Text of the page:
When He says the flesh profits nothing, He does not mean His flesh. To say His Flesh profits nothing would be the height of blasphemy. He became flesh, suffered and died on the Cross in the flesh to profit our salvation. He means what St. Paul means when he discusses the flesh, that is the lower appetites which refuse to accept the miracles of Jesus and which work agains the Spirit, that is, the Truth.
We all have different experiences and God reveals himself in various ways. As huge part of my conversion was ending up in an adoration room and finding myself completely overwhelmed by a feeling of the purest love I’d ever felt and that was around a year and a half before my conversion. It was a moment that is etched on my brain so strongly and since then the Eucharistic presence of Christ is so strong to me
If this passage is so clear, can you show me the earliest Church teachings that claimed the bread and wine are symbolic. We have ECF’s that were taught by the same Apostle that wrote this Gospel. Surely he echoes his mentor’s writings.
Hi, C Bautista
Maybe this view point willl help . Genesis 14: 18- Melchizedek king of salem brought bread and wine; he was a priest of God Most High.
In light of the bread of life discourse and the last supper. I don’t think this it’s just coincidence. Just watching the priest make the offering as Melchizedek did, and Jesus, is truly providence.
Psalm 14, is a good read also.
Just to clarify, I’m not at all questioning the Real Presence of Christ in the most holy sacrament; nor am I trying to insinuate that the Eucharist is not God Himself given to us.
I was just wondering what you guys thought about being consciously aware of the actual spiritual grace from the Eucharist. I, for one, think I would be hard-pressed to distinguish between the effects of grace from the Eucharist and the effects of grace from prayer and meditation after I THOUGHT I received the Eucharist. Surely my soul would be aware, but I’m not sure that my entire person would be consciously and instantly aware.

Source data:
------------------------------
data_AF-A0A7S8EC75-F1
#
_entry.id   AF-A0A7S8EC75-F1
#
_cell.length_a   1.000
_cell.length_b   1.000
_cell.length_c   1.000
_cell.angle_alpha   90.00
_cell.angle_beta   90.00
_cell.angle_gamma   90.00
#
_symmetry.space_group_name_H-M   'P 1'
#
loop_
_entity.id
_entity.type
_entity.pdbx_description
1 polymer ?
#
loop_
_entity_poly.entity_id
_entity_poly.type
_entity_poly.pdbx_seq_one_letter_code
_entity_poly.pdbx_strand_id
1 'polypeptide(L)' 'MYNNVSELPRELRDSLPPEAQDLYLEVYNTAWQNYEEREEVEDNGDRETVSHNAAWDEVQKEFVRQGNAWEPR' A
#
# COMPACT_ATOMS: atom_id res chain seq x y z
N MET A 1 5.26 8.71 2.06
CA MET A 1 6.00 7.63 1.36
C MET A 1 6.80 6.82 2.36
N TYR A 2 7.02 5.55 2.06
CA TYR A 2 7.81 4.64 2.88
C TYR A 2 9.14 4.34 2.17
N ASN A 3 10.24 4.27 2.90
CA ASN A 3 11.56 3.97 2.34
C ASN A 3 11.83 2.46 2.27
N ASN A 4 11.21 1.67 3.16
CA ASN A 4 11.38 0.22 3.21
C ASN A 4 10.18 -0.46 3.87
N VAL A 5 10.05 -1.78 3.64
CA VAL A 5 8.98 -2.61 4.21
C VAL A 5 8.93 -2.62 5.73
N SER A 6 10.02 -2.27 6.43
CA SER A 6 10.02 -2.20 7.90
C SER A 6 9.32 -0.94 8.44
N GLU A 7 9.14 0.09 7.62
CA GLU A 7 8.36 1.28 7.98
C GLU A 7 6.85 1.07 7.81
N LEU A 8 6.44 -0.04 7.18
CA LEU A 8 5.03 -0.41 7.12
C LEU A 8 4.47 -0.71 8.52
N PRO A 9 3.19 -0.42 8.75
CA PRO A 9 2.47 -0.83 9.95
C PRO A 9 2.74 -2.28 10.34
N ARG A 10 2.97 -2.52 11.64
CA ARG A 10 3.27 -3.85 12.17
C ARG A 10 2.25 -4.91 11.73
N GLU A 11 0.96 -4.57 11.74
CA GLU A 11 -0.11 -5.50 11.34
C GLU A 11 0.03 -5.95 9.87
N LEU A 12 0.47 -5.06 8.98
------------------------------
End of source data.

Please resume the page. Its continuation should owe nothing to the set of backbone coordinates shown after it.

But, to be sure, I’m not saying there isn’t a substantive difference in a consecrated and unconsecrated host. There is all the difference in the world.
Adoration is a good testament to this, I think. The moment in my life when I have been most aware of God’s presence and in a state that I cannot even describe (or even THINK of) in physical terms was during adoration. Perhaps something similar to what holy men and women who can place themselves into contemplative prayer experience, except they constantly experience it.
How do you define mysticism? And what sort of mystical things happen to or through you?
Like I said… it’s extremely hard to put into words.
St. John of the Cross is an example, Francis of Assisi, Padre Pio.
I think that I’d have to say that the answer to your question is both.:o